The rover is expected to launch next summer and reach the Red Planet’s Jezero Crater in February 2021. But before it’s sent into space to collect samples and study Mars, engineers are testing it to make sure it’s ready.
A crucial part of the rover is the arm and turret, which must work together to simulate a geologist examining and collecting interesting features on Mars.
In preparation, engineers placed 88 pounds worth of sensor-laden turret onto the rover’s 7-foot-long arm on July 19 at the Jet Propulsion Laboratory’s Spacecraft Assembly Facility in Pasadena, California. The result: a robotic arm performing a bicep curl as it moved from a deployed to a stowed configuration.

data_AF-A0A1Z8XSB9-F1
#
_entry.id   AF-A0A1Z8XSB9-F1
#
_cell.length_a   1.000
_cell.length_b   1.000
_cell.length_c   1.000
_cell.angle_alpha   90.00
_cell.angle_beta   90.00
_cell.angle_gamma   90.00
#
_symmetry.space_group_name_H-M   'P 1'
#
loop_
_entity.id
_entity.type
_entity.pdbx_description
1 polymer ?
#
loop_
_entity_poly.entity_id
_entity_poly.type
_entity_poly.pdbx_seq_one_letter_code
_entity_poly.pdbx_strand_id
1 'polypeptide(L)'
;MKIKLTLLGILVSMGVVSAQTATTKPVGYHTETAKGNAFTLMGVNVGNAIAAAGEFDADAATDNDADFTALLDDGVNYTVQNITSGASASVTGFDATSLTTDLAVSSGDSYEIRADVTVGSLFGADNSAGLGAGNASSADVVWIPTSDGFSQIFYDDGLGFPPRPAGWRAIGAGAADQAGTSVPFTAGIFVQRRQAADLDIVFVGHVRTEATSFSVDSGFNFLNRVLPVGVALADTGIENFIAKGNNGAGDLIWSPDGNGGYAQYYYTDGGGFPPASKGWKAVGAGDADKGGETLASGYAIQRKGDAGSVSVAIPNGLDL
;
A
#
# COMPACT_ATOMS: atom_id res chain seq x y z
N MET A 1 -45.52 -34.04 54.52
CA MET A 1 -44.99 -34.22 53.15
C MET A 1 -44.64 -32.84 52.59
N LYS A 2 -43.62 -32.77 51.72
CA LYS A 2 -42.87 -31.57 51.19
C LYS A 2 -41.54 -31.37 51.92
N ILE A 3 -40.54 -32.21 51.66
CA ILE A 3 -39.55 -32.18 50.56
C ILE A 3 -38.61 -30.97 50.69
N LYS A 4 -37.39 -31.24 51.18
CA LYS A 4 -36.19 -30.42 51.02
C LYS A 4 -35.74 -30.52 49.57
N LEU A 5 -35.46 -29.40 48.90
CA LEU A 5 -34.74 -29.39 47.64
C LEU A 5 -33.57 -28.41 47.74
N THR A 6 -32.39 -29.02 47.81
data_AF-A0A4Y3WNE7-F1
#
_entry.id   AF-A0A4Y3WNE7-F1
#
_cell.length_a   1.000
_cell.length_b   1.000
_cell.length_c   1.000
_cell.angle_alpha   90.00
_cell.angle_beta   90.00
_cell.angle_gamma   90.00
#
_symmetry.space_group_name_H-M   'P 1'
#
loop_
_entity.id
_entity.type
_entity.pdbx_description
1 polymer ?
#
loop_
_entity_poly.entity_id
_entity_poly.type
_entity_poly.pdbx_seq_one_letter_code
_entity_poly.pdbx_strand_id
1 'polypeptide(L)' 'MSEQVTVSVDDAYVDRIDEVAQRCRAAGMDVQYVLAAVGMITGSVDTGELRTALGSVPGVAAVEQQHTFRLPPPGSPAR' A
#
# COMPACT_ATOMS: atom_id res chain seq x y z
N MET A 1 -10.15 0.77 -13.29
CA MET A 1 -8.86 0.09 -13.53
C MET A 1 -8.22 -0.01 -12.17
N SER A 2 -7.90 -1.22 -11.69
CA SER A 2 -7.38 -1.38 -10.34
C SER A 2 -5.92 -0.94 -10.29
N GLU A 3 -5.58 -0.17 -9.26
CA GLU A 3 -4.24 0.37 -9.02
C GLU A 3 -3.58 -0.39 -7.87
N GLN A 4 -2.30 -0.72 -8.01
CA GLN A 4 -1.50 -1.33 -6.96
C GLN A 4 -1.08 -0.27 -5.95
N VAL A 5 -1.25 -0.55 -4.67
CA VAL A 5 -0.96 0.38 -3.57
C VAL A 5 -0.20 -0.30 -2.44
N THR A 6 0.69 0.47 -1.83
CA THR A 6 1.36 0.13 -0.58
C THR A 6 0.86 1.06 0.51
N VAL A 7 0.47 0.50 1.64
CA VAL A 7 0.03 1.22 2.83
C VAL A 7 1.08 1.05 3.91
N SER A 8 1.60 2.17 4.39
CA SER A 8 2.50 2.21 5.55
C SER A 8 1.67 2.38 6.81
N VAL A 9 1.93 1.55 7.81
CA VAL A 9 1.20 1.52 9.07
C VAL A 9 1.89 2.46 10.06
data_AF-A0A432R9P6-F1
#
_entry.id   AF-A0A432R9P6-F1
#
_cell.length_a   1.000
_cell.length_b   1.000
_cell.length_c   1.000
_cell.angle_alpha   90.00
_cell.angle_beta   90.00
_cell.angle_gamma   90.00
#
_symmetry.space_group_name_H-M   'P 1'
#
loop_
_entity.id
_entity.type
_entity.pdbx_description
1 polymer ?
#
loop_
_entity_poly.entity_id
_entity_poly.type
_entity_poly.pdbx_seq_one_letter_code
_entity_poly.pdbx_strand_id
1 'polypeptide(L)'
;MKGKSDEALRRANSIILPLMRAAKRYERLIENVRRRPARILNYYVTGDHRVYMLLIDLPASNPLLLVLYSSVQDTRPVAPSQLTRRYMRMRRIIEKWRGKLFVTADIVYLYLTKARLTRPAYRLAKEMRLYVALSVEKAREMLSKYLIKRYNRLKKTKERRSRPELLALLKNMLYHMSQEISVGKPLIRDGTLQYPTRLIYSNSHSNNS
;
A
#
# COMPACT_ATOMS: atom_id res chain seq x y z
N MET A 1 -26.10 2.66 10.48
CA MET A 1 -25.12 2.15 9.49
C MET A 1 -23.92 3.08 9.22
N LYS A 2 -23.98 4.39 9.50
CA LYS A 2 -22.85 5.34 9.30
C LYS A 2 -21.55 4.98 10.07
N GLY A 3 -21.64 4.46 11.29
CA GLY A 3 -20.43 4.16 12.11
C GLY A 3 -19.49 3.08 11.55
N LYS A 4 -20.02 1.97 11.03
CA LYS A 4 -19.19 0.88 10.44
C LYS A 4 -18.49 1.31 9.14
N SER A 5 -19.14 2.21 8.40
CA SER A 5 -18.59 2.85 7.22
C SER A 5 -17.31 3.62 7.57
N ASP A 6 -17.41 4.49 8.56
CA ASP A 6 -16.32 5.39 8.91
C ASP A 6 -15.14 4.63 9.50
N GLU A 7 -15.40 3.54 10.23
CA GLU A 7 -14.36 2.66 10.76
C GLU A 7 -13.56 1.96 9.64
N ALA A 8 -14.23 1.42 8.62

The rover’s arm includes five electrical motors and five joints, and its turret will include cameras, a life-detection instrument known as SHERLOC, a chemical element detector and a percussive drill and coring mechanism, according to the Jet Propulsion Laboratory.
“This was our first opportunity to watch the arm and turret move in concert with each other, making sure that everything worked as advertised — nothing blocking or otherwise hindering smooth operation of the system,” Dave Levine, integration engineer for Mars 2020, said in a statement.
“Standing there, watching the arm and turret go through their motions, you can’t help but marvel that the rover will be in space in less than a year from now and performing these exact movements on Mars in less than two.”
Those who are interested in the expedition can also submit a name for the Mars 2020 rover.